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Authored by Tman


Hi All.

Recently I received in the mail a 007 Bezel that I ordered for my SKX171, with thanks to Gabe for pointing me in the right direction. Now that I have the bezel and have changed it over, Gabe had suggested some photos of this being done. I have included notes to go with these photos, so bear with me.

Bezel change for Seiko SKX171, takes about 5-10 minutes.

1. Existing SKX171 with SKX007 Bezel
2. Seiko part number 8601 469A from Chronograph.com Singapore
3. Closeup shot of SKX007 bezel
4. Suitable screw driver, small but not too small, on Swiss Army Soldier pocket knife
5. Insert blade between case and bezel and twist slowly, be patient!

See part two and three for the rest, as only 5 pictures can be uploaded at a time

Enjoy, this is an easy project.

Ben

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Discussion Starter #2
Authored by Tman


Part 2

6. Shot of case and crystal showing bezel spring ring and locating pin.
7. Similar showing locating pin and one-way upward facing spring bar--this is what provides the uni-directional turn direction to the bezel.
8. Shot of case and crystal with bezel spring ring taken off, showing the hole for the locating pin on the bezel spring ring to engage in.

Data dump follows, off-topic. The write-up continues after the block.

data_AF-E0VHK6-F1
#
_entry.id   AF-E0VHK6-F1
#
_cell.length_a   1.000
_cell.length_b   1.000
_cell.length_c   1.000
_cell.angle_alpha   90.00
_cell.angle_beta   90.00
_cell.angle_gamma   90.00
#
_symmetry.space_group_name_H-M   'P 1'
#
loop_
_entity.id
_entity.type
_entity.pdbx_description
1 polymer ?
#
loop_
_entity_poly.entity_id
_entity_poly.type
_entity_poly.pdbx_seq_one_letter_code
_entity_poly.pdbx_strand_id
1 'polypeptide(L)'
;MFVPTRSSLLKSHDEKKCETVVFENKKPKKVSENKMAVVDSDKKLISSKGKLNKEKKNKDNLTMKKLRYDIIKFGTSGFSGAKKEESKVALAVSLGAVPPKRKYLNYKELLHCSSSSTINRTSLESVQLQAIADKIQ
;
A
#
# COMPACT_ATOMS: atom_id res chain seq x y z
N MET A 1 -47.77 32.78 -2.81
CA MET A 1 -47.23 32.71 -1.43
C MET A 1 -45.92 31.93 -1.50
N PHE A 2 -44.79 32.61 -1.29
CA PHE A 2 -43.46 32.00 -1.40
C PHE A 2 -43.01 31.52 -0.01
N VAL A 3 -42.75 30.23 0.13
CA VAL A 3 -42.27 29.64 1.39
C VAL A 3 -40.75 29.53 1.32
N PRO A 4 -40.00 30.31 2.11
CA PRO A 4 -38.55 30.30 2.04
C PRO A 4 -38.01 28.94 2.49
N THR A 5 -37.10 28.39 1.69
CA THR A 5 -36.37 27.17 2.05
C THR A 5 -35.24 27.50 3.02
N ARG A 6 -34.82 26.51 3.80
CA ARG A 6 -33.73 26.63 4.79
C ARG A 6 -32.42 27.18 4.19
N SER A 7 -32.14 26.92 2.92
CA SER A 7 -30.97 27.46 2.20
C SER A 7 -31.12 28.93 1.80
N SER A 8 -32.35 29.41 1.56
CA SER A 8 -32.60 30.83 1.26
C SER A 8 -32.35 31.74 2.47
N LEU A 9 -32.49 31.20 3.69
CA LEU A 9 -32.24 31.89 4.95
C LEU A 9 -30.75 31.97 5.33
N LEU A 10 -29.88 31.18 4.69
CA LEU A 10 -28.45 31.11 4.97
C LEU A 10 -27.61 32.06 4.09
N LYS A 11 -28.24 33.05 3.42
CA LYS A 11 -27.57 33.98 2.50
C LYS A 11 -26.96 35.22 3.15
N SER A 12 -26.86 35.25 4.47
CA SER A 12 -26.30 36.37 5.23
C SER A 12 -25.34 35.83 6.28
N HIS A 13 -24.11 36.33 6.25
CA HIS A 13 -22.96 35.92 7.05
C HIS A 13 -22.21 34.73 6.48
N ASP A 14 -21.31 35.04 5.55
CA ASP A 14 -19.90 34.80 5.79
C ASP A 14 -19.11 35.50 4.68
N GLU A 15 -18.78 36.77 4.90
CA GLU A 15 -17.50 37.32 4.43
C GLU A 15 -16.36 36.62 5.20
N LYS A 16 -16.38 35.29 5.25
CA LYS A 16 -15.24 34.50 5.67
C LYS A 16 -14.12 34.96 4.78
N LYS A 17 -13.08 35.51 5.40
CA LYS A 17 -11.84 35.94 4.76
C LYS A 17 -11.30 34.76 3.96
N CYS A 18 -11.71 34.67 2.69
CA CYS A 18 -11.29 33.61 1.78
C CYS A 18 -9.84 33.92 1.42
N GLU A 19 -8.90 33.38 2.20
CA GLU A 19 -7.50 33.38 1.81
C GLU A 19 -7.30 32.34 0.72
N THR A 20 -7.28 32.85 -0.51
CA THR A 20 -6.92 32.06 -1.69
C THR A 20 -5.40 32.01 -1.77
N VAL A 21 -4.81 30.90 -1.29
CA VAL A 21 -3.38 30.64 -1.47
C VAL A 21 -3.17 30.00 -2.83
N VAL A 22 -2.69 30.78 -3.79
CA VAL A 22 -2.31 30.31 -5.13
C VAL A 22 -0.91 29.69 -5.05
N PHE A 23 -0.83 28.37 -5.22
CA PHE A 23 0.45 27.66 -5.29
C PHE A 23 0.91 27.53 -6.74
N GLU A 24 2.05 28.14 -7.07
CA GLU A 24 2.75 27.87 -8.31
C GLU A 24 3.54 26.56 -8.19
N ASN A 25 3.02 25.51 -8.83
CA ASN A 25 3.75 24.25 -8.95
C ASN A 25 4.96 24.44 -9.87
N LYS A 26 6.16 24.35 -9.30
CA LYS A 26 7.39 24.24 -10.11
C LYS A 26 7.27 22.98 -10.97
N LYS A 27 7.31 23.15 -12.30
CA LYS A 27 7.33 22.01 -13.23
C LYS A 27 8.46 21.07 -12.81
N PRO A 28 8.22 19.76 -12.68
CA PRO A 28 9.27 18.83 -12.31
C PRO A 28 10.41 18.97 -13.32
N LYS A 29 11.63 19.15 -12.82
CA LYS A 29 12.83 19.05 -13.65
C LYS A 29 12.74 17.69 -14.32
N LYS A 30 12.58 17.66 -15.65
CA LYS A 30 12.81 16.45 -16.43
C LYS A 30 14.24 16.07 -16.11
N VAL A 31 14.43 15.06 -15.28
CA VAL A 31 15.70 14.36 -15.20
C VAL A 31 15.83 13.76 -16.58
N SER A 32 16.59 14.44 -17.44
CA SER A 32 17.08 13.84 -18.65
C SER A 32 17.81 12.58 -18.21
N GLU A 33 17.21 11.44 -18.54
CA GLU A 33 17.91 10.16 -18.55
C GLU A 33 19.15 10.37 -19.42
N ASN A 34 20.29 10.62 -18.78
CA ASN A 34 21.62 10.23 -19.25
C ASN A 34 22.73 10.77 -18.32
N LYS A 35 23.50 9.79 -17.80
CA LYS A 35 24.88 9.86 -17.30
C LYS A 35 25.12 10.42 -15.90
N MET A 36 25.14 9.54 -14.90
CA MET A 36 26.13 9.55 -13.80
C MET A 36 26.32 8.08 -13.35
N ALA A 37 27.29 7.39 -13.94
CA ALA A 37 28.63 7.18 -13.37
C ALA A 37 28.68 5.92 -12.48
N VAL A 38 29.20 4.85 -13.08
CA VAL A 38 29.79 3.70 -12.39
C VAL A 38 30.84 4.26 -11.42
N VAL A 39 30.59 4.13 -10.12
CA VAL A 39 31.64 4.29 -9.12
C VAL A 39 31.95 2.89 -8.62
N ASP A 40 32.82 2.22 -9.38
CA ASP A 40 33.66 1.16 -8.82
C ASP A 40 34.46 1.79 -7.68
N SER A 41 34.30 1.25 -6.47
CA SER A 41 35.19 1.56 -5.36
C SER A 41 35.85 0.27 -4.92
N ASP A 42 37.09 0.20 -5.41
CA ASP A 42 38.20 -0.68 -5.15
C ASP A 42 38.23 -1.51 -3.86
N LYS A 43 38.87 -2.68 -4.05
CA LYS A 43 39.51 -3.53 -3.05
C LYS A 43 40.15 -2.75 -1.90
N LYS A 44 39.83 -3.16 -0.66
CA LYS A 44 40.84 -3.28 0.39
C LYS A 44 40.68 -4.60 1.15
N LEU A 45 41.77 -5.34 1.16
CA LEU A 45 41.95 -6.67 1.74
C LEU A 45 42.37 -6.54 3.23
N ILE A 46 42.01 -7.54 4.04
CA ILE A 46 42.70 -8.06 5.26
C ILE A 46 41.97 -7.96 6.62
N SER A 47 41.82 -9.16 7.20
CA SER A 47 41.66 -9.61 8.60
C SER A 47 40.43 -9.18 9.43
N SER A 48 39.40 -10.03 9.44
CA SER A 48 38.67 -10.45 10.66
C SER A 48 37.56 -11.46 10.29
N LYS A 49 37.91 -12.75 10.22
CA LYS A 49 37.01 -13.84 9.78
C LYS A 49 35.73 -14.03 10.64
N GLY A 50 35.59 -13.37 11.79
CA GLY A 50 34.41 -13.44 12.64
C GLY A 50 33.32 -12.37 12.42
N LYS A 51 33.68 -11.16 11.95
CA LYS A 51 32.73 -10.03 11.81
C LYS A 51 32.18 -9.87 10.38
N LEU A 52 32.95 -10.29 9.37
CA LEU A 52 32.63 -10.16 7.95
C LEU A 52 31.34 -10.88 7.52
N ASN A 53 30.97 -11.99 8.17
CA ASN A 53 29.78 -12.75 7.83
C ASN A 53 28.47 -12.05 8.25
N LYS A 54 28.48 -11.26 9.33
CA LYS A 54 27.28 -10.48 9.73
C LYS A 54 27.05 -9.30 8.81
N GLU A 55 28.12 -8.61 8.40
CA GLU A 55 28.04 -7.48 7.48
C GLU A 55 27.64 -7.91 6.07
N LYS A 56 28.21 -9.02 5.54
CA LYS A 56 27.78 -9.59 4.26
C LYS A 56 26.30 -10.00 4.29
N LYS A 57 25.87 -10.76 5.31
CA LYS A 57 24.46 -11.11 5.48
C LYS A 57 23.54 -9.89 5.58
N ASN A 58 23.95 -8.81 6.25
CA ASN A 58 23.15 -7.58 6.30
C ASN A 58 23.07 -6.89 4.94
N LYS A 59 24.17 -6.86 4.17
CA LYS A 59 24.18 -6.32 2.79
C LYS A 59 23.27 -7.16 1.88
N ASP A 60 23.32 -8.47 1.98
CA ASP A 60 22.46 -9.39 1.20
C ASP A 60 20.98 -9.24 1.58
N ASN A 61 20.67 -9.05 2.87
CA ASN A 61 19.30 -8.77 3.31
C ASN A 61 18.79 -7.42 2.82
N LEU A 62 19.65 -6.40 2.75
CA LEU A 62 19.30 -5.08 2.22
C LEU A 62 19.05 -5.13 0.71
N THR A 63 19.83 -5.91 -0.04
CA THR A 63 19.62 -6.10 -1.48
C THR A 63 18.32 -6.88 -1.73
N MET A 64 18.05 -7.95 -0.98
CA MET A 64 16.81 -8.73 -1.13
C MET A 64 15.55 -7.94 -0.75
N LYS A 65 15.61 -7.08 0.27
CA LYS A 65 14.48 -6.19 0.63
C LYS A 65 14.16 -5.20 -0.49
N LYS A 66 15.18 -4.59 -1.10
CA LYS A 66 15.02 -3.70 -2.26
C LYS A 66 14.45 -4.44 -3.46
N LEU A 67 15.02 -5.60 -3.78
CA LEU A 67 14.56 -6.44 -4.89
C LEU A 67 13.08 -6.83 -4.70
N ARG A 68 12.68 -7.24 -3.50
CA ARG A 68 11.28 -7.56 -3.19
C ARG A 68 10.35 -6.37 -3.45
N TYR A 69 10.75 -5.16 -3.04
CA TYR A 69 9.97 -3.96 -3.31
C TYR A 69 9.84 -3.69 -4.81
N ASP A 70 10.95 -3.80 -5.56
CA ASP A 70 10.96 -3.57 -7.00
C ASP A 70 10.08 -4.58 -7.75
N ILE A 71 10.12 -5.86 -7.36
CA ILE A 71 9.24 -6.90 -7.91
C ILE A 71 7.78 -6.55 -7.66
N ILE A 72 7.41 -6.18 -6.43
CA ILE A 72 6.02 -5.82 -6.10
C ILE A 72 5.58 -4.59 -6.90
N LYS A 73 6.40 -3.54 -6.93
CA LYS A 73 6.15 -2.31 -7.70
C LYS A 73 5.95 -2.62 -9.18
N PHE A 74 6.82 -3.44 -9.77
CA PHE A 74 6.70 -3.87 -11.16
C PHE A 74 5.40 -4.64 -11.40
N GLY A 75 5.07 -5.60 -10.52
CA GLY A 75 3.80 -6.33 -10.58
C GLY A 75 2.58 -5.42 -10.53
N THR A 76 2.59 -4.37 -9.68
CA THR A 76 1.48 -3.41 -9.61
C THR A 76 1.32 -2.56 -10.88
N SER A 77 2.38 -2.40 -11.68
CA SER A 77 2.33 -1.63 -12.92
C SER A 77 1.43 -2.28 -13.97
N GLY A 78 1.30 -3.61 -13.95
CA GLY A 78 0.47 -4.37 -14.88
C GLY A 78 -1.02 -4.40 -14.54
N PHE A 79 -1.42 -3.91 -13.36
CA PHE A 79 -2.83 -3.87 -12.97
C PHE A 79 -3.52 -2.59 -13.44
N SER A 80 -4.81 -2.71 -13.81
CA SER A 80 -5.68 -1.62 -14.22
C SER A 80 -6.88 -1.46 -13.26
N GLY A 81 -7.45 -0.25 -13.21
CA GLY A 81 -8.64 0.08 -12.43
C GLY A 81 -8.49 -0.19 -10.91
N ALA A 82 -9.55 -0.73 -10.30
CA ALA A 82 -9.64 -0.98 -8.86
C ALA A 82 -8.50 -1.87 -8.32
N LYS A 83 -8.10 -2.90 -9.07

9. Shot showing position of these holes.
10. Shot of bezel spring ring and locating pin, faces down on to case to engage.
A little more of your time!! for part 3 and the finished product.

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Discussion Starter #3
Authored by Tman

Part 3

11. Shot of one-way spring bar.
12. Don’t forget to remove the rubber or silicone gasket from the old bezel and put it into the new one--a pin or needle will get it out--it is slightly over-sized which is what holds it in.
13. How it looks without the gasket.
14. The finished product with the old bezel.
15. Where the photos were taken showing the tripod over the top and the glass door in front, with diffused light.

Photos were taken with a Nikon D200, with a Nikon 28-105 zoom on macro focus. The tripod used was a Manfrotto/Bogen 190B tripod and a Manfrotto/Bogen 486RC2 head. The pictures were shot behind a glass door with diffused glass, reducing the shadows somewhat.

Shot 14 was with the D200 built-in flash.

Since I do not have a press, in order to press the new bezel on I took a cloth and folded it over a couple of times for thickness and then placed it against a timber door frame and give the watch a push on the back of the case, where it should engage and click in.